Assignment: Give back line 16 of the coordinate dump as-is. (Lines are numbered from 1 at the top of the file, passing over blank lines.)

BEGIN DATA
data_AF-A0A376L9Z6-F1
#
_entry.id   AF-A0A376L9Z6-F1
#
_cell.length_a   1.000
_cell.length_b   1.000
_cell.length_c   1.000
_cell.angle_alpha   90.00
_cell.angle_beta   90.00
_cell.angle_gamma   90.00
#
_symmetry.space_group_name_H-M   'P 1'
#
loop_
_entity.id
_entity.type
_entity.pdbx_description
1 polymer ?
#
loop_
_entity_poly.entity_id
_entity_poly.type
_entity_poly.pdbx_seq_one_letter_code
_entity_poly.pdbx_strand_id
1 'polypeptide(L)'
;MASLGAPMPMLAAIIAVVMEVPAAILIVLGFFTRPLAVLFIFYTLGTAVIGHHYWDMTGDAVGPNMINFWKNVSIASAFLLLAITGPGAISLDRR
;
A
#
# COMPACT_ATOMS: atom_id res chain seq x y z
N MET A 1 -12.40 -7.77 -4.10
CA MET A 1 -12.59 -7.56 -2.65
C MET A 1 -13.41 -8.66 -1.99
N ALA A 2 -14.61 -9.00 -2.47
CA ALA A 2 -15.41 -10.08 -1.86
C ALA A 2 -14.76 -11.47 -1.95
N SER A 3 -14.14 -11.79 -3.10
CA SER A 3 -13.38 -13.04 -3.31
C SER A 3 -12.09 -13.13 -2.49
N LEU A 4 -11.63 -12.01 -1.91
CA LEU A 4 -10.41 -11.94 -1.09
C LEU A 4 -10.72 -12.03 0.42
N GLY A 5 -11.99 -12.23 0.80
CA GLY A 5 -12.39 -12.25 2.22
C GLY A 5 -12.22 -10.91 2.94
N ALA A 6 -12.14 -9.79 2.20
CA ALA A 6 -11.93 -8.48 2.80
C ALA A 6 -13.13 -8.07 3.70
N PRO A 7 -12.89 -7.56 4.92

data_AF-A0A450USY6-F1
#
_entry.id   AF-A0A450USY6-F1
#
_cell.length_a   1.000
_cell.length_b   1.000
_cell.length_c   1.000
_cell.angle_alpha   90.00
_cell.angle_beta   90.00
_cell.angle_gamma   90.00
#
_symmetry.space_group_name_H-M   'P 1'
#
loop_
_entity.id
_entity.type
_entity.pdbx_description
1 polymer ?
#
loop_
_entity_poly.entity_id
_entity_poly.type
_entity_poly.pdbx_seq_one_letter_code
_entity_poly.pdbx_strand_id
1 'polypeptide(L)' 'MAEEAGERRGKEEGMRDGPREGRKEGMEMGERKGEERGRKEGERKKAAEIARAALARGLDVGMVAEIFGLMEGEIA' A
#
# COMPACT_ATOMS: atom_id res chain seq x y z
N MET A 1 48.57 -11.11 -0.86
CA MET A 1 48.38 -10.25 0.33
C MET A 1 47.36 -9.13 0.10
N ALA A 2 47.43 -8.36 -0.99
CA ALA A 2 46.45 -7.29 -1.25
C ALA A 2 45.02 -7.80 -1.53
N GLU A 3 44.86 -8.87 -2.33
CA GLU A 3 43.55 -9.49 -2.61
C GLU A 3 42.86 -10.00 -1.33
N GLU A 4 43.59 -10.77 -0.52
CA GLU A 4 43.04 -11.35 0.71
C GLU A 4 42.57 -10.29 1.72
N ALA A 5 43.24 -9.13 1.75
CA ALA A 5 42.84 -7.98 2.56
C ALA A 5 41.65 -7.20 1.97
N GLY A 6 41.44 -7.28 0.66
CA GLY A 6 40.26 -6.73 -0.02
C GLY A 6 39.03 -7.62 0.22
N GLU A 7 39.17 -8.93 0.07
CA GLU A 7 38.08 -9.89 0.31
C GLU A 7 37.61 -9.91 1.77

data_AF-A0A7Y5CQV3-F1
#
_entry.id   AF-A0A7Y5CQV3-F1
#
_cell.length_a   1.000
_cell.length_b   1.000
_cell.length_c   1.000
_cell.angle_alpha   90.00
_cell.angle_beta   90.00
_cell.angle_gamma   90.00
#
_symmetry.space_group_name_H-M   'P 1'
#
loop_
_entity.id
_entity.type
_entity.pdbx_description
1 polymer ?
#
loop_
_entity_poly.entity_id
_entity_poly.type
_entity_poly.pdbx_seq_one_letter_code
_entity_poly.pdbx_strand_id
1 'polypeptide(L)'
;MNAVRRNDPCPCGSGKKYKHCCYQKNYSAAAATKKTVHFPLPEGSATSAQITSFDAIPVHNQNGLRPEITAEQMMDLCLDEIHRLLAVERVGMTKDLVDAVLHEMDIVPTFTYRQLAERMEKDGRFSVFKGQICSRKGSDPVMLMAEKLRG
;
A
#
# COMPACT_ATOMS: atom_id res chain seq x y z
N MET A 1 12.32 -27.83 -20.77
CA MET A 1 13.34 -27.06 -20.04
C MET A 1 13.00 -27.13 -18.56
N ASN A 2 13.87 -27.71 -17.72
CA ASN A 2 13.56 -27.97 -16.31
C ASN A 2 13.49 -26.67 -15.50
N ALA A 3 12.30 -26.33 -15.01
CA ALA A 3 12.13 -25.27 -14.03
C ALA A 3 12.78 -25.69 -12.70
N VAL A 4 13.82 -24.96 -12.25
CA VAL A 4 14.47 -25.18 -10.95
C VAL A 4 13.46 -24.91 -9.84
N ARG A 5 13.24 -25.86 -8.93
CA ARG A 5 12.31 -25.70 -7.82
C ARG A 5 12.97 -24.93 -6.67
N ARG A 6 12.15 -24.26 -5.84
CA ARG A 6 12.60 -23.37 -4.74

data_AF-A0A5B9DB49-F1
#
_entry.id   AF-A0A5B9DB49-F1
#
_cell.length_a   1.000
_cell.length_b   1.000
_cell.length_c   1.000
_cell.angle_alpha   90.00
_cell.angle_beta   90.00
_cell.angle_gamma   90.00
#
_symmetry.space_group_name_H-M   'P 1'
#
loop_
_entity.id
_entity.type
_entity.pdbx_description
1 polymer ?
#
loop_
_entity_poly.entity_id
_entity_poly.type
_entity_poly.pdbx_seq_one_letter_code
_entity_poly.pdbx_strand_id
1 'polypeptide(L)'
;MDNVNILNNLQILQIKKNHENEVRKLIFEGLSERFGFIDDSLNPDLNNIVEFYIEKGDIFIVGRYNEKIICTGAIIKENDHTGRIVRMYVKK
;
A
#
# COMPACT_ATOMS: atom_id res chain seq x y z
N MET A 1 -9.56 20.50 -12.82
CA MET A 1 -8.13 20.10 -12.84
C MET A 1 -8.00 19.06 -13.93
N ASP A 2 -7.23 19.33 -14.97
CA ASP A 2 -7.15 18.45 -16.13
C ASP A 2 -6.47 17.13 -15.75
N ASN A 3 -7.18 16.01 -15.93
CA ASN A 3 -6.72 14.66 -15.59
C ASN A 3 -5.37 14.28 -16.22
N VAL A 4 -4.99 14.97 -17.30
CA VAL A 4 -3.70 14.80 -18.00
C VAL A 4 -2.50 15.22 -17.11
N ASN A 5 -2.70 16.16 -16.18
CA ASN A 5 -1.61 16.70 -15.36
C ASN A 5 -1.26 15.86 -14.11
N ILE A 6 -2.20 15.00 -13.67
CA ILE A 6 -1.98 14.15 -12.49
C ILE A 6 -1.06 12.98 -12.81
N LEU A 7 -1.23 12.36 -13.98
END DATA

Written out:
_entity.type